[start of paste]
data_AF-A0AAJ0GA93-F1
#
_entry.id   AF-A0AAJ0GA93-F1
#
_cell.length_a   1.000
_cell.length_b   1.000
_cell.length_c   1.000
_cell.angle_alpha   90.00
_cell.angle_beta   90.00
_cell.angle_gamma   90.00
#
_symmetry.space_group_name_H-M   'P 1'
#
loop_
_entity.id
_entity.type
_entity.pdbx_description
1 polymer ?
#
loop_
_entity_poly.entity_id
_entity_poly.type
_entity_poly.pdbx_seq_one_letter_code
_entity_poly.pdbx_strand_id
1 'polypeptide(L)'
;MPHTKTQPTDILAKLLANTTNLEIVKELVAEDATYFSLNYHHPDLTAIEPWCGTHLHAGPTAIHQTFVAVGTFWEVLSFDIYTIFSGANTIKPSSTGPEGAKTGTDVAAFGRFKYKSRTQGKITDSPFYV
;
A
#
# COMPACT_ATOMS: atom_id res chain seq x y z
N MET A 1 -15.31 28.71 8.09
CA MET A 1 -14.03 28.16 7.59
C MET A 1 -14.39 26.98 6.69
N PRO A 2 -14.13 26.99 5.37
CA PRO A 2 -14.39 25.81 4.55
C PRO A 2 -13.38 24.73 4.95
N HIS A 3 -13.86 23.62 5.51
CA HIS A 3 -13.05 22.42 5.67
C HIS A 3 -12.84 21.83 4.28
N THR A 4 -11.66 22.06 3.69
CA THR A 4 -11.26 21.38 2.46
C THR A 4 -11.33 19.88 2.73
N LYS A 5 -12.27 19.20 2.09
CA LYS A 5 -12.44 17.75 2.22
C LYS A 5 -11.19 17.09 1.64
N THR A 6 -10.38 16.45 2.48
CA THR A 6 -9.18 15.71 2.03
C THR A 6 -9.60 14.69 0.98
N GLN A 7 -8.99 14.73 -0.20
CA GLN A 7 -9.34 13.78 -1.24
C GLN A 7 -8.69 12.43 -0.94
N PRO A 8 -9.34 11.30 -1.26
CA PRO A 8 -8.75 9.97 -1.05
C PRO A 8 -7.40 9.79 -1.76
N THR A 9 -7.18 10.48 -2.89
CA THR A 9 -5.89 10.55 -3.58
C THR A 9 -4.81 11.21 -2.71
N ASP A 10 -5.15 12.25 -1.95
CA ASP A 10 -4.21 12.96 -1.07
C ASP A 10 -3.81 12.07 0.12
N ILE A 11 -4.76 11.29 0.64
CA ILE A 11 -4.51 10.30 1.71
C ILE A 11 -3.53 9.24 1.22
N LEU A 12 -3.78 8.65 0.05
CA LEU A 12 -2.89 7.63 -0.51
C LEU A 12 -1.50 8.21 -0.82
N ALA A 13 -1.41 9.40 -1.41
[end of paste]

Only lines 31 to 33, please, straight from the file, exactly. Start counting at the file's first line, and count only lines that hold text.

N MET A 1 -15.31 28.71 8.09
CA MET A 1 -14.03 28.16 7.59
C MET A 1 -14.39 26.98 6.69